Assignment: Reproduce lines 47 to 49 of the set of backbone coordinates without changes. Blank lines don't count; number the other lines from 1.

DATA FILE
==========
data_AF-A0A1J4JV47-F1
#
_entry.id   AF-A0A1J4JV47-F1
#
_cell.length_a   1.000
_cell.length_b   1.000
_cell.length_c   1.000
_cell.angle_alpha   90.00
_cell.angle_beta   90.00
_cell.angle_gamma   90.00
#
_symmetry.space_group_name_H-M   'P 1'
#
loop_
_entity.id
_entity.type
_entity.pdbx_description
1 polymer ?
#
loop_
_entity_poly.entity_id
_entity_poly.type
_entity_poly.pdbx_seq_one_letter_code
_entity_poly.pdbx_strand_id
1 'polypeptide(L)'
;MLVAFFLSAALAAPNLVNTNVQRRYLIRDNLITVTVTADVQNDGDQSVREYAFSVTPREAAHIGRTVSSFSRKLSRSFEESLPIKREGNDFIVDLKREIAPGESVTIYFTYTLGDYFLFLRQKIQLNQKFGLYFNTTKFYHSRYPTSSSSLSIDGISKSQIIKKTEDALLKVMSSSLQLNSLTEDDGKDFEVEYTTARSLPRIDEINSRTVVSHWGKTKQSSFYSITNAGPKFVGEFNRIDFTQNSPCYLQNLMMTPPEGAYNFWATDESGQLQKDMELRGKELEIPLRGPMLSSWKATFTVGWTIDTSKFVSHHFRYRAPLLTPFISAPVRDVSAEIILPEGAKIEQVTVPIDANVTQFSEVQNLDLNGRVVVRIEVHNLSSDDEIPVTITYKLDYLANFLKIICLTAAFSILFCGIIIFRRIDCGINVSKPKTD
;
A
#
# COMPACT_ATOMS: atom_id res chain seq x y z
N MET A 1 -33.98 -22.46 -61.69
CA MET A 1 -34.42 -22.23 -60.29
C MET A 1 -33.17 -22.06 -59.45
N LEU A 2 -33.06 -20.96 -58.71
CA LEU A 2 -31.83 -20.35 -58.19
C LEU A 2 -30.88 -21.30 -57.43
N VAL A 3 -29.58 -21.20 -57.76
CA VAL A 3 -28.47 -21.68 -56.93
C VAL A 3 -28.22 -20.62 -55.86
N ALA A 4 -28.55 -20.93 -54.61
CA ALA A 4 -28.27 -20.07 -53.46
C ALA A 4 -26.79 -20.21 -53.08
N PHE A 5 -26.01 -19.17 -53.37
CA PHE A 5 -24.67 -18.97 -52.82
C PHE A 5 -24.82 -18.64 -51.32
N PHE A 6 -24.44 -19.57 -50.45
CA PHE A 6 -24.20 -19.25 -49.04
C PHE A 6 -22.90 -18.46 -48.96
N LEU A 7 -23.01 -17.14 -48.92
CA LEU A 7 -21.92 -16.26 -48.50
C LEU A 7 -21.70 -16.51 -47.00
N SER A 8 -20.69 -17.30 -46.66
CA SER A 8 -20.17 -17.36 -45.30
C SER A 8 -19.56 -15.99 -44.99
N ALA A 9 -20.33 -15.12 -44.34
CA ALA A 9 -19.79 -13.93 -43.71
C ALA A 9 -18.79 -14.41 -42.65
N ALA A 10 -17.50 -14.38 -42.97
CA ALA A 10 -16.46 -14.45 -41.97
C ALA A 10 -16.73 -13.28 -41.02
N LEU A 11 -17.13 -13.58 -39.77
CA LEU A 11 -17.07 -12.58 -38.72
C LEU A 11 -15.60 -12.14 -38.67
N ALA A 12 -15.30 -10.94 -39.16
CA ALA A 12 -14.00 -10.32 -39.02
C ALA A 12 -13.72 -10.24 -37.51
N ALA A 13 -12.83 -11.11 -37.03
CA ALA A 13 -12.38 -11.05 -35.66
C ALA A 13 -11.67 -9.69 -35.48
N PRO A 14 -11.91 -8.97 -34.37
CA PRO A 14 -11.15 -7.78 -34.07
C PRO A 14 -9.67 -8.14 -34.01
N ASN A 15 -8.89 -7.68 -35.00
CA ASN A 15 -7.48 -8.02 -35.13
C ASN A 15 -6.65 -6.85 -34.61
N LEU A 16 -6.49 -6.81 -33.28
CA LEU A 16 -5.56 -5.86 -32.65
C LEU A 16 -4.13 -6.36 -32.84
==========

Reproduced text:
CA PHE A 6 -24.20 -19.25 -49.04
C PHE A 6 -22.90 -18.46 -48.96
N LEU A 7 -23.01 -17.14 -48.92